6 Shocking (But True) Facts About the History of Illegal Drugs in America
There were no illegal drugs before 1906
Every American alive
today takes drug laws for granted, but the first law regulating drugs, the Pure
Food & Drug Act of 1906, was written a little over a hundred years ago. Even
that law was focused on protecting people from patent medicines containing
poisonous chemicals, not on banning drugs because of addiction. For most of
America's history, recreational drug use was perfectly legal. The first federal
law which banned the non-medical use of a drug was the Smoking Opium Exclusion
Act of 1909.
Prior to 1890, laws concerning opiates were strictly imposed on a
local city or state-by-state basis. One of the first was in San Francisco in
1875 where it became illegal to smoke opium only in opium dens. It did not ban
the sale, import or use otherwise. In the next 25 years different states enacted
opium laws ranging from outlawing opium dens altogether to making possession of
opium, morphine and heroin without a physician’s prescription
The first Congressional Act took place in 1890 that levied taxes
on morphine and opium. From that time on the Federal Government has had a series
of laws and acts directly aimed at opiate use, abuse and control. These are
1906 – Pure Food and Drug Act
manufacture, sale, or transportation of adulterated or misbranded or poisonous
or deleterious foods, drugs, medicines, and liquors, and for regulating traffic
therein, and for other purposes. Punishment included fines and prison
1909 – Smoking Opium Exclusion Act
Banned the importation,
possession and use of "smoking opium". Did not regulate opium-based
"medications". First Federal law banning the non-medical use of a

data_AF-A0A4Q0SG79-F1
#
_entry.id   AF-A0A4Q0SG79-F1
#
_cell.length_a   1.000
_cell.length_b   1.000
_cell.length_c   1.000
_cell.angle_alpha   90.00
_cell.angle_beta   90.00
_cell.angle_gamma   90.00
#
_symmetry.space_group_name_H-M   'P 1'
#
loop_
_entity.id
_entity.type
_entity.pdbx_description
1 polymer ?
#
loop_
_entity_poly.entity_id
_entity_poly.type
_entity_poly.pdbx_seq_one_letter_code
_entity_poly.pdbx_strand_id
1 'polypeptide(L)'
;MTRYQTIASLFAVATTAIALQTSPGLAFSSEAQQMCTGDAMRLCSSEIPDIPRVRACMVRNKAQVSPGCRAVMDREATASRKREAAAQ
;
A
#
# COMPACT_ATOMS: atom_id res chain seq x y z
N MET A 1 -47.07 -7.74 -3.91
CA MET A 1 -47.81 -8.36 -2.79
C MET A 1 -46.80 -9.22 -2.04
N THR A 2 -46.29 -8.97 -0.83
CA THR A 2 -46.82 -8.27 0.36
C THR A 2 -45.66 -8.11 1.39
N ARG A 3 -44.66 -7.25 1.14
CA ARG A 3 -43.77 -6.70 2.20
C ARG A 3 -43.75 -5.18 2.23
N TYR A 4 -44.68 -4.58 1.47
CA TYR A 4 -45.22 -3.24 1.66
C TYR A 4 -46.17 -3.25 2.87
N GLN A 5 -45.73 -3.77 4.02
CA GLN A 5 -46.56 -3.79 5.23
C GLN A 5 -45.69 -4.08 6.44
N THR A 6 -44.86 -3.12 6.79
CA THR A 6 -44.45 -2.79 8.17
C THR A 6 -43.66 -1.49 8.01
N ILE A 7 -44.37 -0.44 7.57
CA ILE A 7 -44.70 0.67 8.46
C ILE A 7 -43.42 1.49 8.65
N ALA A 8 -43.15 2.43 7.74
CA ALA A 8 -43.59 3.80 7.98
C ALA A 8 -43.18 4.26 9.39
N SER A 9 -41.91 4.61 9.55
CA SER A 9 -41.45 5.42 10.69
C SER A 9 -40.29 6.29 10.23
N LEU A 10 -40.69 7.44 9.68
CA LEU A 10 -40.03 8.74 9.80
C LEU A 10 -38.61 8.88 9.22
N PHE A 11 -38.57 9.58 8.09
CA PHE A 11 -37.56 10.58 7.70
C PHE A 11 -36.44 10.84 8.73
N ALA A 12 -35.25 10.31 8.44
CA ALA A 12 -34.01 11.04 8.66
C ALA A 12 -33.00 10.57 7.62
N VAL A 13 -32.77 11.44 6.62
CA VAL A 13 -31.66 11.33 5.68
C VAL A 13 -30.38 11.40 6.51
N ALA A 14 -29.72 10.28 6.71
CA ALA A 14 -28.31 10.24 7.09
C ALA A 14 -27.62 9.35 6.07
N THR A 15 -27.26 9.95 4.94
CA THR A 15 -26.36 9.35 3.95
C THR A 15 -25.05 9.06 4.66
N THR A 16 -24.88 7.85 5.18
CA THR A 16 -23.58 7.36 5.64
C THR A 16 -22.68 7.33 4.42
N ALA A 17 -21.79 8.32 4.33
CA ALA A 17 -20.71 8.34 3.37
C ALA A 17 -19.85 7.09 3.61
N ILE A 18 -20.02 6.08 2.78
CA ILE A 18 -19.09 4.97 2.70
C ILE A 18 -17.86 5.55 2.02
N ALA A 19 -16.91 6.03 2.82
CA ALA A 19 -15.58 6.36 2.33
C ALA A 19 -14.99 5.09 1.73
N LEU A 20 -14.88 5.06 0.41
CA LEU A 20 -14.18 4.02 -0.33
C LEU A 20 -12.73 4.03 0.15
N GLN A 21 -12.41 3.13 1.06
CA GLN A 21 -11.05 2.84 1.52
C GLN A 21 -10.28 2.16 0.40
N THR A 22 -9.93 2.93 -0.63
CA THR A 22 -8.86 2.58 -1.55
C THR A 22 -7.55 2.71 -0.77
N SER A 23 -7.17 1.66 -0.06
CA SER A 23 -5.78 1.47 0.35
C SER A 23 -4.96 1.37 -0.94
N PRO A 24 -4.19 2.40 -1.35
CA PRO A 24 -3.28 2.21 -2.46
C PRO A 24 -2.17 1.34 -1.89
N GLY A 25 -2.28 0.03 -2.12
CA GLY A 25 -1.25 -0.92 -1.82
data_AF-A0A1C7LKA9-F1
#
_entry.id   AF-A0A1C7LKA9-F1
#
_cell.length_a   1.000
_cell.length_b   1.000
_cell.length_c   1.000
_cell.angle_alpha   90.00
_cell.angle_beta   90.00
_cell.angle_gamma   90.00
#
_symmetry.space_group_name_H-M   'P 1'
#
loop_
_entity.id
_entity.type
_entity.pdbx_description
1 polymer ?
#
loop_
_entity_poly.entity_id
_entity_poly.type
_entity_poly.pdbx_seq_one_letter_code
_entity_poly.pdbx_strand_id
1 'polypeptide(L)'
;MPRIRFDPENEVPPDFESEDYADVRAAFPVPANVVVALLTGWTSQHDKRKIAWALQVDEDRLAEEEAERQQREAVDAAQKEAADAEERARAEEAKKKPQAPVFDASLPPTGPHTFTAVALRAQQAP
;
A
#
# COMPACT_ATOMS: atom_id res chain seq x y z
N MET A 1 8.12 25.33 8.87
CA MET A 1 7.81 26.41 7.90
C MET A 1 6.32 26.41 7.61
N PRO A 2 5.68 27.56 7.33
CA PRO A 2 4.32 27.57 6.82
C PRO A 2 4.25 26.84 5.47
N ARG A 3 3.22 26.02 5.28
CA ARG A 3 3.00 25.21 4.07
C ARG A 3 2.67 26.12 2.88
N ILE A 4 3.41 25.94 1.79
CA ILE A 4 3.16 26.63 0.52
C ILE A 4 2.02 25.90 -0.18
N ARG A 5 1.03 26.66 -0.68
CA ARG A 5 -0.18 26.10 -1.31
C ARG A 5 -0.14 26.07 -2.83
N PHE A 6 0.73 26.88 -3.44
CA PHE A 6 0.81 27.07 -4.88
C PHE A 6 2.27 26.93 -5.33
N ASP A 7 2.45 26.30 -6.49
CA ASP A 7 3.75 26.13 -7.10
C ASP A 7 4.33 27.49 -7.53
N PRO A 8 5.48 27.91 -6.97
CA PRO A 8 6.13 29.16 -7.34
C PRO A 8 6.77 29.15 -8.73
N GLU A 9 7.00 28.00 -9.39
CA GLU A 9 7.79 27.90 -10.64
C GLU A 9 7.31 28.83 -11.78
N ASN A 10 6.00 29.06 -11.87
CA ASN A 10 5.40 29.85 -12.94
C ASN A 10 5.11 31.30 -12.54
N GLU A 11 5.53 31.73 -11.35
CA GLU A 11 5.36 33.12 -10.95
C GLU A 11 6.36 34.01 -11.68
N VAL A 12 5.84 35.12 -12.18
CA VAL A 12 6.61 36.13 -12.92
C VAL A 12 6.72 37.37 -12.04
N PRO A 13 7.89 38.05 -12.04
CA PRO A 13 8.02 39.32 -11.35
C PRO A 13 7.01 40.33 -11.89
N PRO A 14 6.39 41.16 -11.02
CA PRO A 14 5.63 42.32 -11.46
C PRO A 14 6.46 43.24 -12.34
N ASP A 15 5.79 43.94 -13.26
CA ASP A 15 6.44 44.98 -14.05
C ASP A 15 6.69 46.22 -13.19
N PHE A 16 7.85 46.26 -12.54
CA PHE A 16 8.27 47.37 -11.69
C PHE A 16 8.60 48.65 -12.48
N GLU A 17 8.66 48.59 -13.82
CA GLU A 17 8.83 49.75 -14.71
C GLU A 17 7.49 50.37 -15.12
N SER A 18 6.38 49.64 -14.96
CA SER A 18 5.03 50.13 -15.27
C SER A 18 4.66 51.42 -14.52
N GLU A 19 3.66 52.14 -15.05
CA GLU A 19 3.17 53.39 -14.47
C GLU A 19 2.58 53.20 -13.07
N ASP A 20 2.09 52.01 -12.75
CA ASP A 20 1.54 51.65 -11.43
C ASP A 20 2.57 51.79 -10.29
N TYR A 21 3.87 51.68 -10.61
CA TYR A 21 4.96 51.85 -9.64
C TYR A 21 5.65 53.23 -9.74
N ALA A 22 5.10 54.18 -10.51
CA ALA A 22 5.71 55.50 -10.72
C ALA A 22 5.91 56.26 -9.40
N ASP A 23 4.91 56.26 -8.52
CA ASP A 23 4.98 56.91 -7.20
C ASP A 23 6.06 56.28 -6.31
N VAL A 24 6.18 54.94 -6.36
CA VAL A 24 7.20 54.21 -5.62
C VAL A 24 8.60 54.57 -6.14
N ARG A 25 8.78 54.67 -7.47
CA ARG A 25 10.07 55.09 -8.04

2. Opium, heroin, and cocaine
were once available in over-the-counter medicines
cocaine are often used as examples of drugs so dangerous they must be banned.
But for decades beginning in the late 19th century, both were freely available
in over-the-counter medicines. And yet somehow, society did not
The use of opiates became widespread in the
US in the latter part of the 19th Century. Morphine became widely available with
its use during the Civil War and heroin became available in 1894. Opiates were
sold widely in the form of patent medicines, and were freely available to anyone
who wanted to buy them, children included. Many patent medicines were fifty
percent morphine, and morphine, cocaine, and heroin were even included in things
such as baby colic remedies and toothache drops.
3. Opium was banned
because of anti-Chinese prejudice
Opium was freely available and
widely used by many Americans during the 19th and early 20th centuries. It was
later banned, but not because it was destroying society, but because of
prejudice against Chinese immigrants. Many Americans feared Chinese labor would
drive down wages and so the anti-opium laws were written as an excuse to deport
the Chinese and discourage immigration.
The ordinance was aimed specifically at
Chinese smoking opium, not at the medicinal opium regularly consumed by whites.
The Chinese had brought smoking opium with them in the earliest days of the gold
rush. The habit caused little offense at first, until anti-Chinese sentiment
swept the state in the mid-1870s.
The roots of this ordinance were racist
rather than health-oriented, and were concerned with what today is known as
"life-style." Opium smoking was introduced into the United States by tens of
thousands of Chinese men and boys imported during the l850s and 1880s to build
the great Western railroads.* The Chinese laborers then drifted into San
Francisco and other cities, and accepted employment of various kinds at low
wages --- giving rise to waves of anti-Chinese hostility. Soon white men and
even women were smoking opium side by side with the Chinese, a life-style which